Campbell Ritchie

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since Oct 13, 2005
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Recent posts by Campbell Ritchie

If you go back to the beginning of this th‍read, you will find Piet did explain what was wrong. You were so near yet so far and in the meantime you have wandered randomly each step taking you farther from where you want to be.
44 minutes ago
As you have written it, nowhere. The class you wrote looks incorrect to me.

Please go back to the original specification and work out where that class should be. Remember, as Tim H has told you, this is your work not ours.
1 hour ago

Carey Brown wrote:. . . for historical reasons . . .

...because the [] form part of the type name, rather than the variable name. That is why the [] should go early.
1 hour ago

John Ken wrote:. . . i tried various combinations . .  .

That looks like guessing. You can guess 1000000× and some of the guesses will be correct, just from luck. Or you can think about what you are doing, and get it right first time.
Another thing: you have been posting code with apparently nice indentation, but it is hiding errors. Make sure to learn the rules for an indentation convention (you appear to be using Allman) and stick to those rules faithfully. Your class naming is also peculiar to say the least. I would never think that Employee would implement Comparator.
1 hour ago
Why are you declaring a class on line 35? “Illegal start...” usually mean you have code  out of context where it shouldn't be.
1 hour ago
Can you remember what the 51 Java® keywords are?
1 hour ago
Welcome to the Ranch

I wouldn't manipulate Strings like that at all. I would create a class with age, name, and hobbies fields and make its toString() method return what you want.
I would start by finding out how to read the file. I like a Scanner; if you look through its documentation, you will find how to divide Strings into tokens.Find out what lines 1‑2 mean, using these Java™ Tutorials links (1 2) and this constructor and this method. One of those links will tell you why I didn';t write close(). Find out from the Scanner documentation what nextLine() does, and see whether your book says anything different. I think you have good reason to use nextLine() in your exercise.

Once you have all that working, you will know that you can read the text file. Then you can consider the next stage of the task.
NB: \u201c and \u201d are “ ”

[edit] Add “IvanM” to path String. Notice there is a compiler error in my code, but I have not corrected it. I shall let you find it.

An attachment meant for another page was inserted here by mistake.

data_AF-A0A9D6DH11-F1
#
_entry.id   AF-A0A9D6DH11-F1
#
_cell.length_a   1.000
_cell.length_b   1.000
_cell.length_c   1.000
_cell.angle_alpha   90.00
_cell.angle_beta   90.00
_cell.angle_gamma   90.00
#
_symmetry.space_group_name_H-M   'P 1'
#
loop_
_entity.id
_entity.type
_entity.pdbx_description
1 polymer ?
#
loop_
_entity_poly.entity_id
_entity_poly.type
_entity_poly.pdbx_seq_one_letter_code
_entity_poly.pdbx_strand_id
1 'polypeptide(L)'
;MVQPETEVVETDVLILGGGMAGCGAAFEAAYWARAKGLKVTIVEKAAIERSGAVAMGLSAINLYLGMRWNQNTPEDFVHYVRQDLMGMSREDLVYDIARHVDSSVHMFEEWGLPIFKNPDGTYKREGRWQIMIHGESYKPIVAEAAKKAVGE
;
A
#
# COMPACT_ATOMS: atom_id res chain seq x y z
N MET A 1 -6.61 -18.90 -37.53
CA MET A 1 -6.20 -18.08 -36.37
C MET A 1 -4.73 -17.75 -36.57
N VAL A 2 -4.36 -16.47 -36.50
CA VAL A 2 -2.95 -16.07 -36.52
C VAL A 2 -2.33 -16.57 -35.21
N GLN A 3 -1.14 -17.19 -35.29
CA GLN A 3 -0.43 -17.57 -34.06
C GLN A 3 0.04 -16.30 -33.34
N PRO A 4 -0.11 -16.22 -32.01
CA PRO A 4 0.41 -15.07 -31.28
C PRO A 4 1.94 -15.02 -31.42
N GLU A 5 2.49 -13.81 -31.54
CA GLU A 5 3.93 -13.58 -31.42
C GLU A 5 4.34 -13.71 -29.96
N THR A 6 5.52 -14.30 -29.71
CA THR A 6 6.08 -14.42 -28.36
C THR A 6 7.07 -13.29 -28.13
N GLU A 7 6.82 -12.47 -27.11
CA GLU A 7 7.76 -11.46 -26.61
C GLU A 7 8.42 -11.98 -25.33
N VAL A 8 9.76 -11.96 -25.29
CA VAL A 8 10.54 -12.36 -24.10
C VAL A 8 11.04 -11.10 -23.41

2 hours ago
Adding discussion to our testing forum.
6 hours ago

Rob Spoor wrote:. . . if you add a field . . .

If you simply add a field, equals() and hashCode() will still fulfil their general contract, even though you will now have a peculiar definition of equality.See line 5.You can now have two cars with the same make and number but travelling at different speeds and neither equals() nor hashCode() will notice a difference. Strange, but it is a conceivable situation in real life, particularly amongst the criminal classes Your troubles will start if you update equals() or hashCode() but not both; I think updating only hashCode() will break equals() but not vice versa.
Another way to break those methods with an additional field is to add that field in a subclass.Round here, it is legal for taxis to be registered in several boroughs, so the charge can differ on where the fare is picked up. If you use the charge in Taxi#hashCode() only, goodbye general contract for hashCode(). And if you use it in equals(), you have the same problem as Point/ColoredPoint (Joshua Bloch: described in Effective Java, and I think Angelika Langer uses the same example). Goodbye transitivity, and probably goodbye symmetry. Whether a tool will generate such a method, I don't know.
I am sure Rob is correct that generated code will be correct and doesn't need testing. But if such a method is generated in subtypes, then the generated code can be incorrect. If your tool generates an equals() method in Car and in Taxi, even if you remove chargePerMile from the method, you will still have incorrect code because one version will include ...ob instanceof Car... and the other ...ob instanceof Taxi... Goodbye symmetry. Some of the errors you get in handwritten code only can be avoided with @Override. But do any of your tests compare hash codes?
6 hours ago
Please don't ask the same question twice. I have merged the discussions and added them to our JavaScript forum.
Your large font and blue text do nothing for the legibility of the posts. Please avoid them. Also please avoid quoting the whole of the preceding post.
Gourav Das,
I have merged your topic into this topic. I hope that helps.
21 hours ago
I merged your stuff with the following thread. I hope that is okay by you.
21 hours ago
I hope you will be teaching how error‑prone global variables can be.
1 day ago
Yes, that question's wording isn't clear on its own. But the readers are expected to know the definition of equality used by the Collections Framework. That is equal according to Object#equals(Object). By that definition two StringBuilder objects with identical content are not equal because they don't test that feature in the equals() method.